Examples include Lockheed Martin, which in 2008 paid $10.5 million to settle charges that it defrauded the government by submitting false invoices related to the Titan IV space launch vehicle program. The following year Lockheed pulled in $30.2 billion from the Defense Department.

Police told to move along as anti-bank protesters camp out at St Paul’s

Guardian
Oct. 16, 2011
By

In their stand against mammon, protesters occupying St Paul’s churchyard to vent anger at reckless bankers found heartwarming support emanating from the house of God.

Far from requesting that the 300-strong crowd be removed from the cathedral steps on Sunday , the Rev Dr Giles Fraser, canon chancellor of St Paul’s, requested that the police themselves move on as the Occupy London Stock Exchange protest entered its second day.

A line of officers had taken up position at the top of the steps to “protect” the building. “Which was very good of them,” explained the canon. But then he had asked them if they would leave, “because I didn’t feel that it needed that sort of protection”.


And so those attending Sunday mass found themselves picking a path through the makeshift camp of around 100 tents erected at the foot of the cathedral’s steps after Saturday’s global day of action inspired by the US’s Occupy Wall Street movement.

With the sermon of the day appropriately including a gospel reading about “God and money”, the regular congregation was joined by some of the protesters. The canon had warned them the cathedral bells were “really loud”, so it was an early start to their first full day of occupation.

An attempt on Saturday to set up camp outside the London Stock Exchange in nearby privately-owned Paternoster Square had been thwarted by police. But all the indications on Sunday were that a hard core of dedicated protesters were digging in for the long haul at St Paul’s.

A field kitchen was being erected, offering basics donated by wellwishers. A first aid point was set up in front of a poster renaming the area as Tahrir Square. A media area, powered by a generator, was aiming to stream activities from the camp live on to the internet. A line of seven portable toilets had also been installed. “Pick up your litter” was one of the continual announcements over the camp’s megaphone.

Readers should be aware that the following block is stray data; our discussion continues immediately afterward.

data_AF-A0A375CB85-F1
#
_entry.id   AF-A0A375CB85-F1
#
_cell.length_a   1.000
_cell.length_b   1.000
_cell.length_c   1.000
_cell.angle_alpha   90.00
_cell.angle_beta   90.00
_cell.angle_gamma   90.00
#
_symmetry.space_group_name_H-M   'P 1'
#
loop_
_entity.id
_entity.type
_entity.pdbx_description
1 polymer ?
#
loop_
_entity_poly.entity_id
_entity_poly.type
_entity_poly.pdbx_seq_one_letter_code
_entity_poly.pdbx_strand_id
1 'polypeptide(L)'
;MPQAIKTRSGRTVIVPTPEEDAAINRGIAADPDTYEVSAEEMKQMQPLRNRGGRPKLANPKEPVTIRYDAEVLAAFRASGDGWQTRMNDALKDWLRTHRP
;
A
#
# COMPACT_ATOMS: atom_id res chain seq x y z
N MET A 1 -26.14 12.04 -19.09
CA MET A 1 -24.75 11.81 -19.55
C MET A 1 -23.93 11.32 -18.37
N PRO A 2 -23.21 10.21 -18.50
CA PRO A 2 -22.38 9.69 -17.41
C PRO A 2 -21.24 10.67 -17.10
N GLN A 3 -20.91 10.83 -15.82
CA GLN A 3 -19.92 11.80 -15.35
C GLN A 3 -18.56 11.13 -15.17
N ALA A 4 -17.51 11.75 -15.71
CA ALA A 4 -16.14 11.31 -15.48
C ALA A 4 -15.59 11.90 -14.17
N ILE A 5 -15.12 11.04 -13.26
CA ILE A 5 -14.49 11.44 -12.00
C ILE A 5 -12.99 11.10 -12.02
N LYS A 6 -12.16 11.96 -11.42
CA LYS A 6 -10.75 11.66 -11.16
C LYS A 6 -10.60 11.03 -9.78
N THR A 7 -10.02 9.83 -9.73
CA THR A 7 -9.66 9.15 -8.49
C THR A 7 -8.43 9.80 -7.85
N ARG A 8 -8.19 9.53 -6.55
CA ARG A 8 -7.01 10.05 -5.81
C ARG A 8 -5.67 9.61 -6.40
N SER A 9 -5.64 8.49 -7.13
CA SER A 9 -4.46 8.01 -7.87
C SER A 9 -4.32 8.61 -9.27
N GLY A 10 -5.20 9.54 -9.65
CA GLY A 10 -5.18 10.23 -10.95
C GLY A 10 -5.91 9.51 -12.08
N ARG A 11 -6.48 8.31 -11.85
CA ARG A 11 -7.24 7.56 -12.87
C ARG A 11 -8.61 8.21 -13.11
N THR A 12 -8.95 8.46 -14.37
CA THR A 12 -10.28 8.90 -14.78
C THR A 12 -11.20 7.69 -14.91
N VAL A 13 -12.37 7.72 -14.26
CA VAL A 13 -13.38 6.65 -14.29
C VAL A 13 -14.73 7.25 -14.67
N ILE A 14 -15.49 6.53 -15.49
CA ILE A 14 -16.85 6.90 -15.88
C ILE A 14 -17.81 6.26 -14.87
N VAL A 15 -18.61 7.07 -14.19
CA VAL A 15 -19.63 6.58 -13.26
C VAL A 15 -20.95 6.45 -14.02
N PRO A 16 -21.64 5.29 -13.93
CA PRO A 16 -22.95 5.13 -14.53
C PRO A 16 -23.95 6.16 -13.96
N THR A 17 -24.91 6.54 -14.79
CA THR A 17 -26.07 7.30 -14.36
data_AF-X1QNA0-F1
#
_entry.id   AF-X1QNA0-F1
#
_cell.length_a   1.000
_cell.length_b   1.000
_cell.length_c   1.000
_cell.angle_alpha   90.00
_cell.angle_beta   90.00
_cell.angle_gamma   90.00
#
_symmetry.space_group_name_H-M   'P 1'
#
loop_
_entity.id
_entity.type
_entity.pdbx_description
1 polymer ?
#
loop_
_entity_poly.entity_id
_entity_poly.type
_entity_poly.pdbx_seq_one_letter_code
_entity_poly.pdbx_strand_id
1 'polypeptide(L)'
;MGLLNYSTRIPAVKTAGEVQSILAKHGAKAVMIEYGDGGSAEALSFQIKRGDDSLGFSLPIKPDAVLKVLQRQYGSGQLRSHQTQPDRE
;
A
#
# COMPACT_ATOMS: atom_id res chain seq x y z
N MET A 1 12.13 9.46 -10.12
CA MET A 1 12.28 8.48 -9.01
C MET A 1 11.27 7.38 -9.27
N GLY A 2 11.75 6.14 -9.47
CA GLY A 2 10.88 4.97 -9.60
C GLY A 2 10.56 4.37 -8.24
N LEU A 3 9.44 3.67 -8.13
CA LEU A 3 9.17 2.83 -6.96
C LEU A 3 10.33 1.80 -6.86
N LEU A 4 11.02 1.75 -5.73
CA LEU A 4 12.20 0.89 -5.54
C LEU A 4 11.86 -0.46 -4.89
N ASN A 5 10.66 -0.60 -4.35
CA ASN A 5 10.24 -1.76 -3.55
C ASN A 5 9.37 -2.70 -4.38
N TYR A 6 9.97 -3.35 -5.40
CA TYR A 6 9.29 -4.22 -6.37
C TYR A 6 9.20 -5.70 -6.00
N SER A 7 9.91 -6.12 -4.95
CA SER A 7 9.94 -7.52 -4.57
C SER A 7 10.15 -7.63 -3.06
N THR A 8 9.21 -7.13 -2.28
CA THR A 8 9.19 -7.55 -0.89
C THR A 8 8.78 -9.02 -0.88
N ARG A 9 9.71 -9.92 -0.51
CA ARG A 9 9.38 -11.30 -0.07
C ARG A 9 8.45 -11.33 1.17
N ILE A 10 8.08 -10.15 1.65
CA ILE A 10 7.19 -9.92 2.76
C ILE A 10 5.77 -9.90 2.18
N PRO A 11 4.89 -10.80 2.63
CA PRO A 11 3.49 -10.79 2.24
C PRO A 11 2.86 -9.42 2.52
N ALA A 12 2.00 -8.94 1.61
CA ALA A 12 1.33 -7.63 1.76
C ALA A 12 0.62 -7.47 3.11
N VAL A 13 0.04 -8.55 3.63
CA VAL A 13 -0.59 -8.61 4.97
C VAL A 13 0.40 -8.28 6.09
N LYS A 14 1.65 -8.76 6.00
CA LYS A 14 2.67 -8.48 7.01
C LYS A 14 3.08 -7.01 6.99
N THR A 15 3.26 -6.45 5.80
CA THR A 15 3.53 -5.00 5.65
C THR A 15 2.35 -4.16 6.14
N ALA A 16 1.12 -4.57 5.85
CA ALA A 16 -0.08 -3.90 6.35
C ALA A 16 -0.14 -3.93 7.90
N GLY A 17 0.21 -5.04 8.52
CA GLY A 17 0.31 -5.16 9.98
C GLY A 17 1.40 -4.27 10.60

A spokesman said the purpose of the occupation was “to challenge the bankers and the financial institutions which recklessly gambled with the economy. This and 20 other occupations all around the UK have been directly inspired by what’s happening all across America and especially in Wall Street.”

Roy Alexander, 39, from Surrey, said: “We’re planning to stay here indefinitely, we’ll stay here and make a stand. I think we’ll have more people join.”

The protest indeed appeared to have struck a chord with many who were new to demonstrating. “I’m 40. Never been on a protest before. But I found myself here,” said one man, who asked not to be named, from Sheffield. “I’m pretty middle of the road politically, so I wasn’t sure about all the Socialist Workers placards at first. But this issue has attracted people from all walks of life. I’m a diehard atheist – there’s a woman over there with a ‘Jesus is Calling’ placard. It’s all of us.”

Another on his first protest was Ollie Taylor, 23, from Aldershot. “I feel really, really strongly about this issue. I really think it is going to snowball.” He, like many others, was having to leave the protest to return to his job, working in a photographic studio. But many pledged to return.

Police appeared relaxed, keeping a visible but low-key presence, and chatting and mingling with protesters. It was a different situation on Saturday, when an estimated 3,000-4,000 protesters converged on the cathedral. Supporters claimed a disproportionate amount of force was used and people were “kettled, grabbed and thrown off the steps forcefully”.

Full Article Here – http://www.guardian.co.uk/uk/2011/oct/16/occupy-london-protest-st-pauls?newsfeed=true

Protesters to rally worldwide against greedy rich

Reuters
Oct. 14, 2011
By Michel Rose

(Reuters) – Protesters worldwide geared up for a cry of rage on Saturday against bankers, financiers and politicians they accuse of ruining global economies and condemning millions to poverty and hardship through greed.

Galvanised by the past month’s Occupy Wall Street movement, they plan to take to the streets from Sydney to Alaska via London, Frankfurt, Washington and New York.

Riot police prepared for any trouble — cities such as London and Athens have seen violent confrontations this year — but it was impossible to say how many people would actually turn out despite a rallying call across social media websites.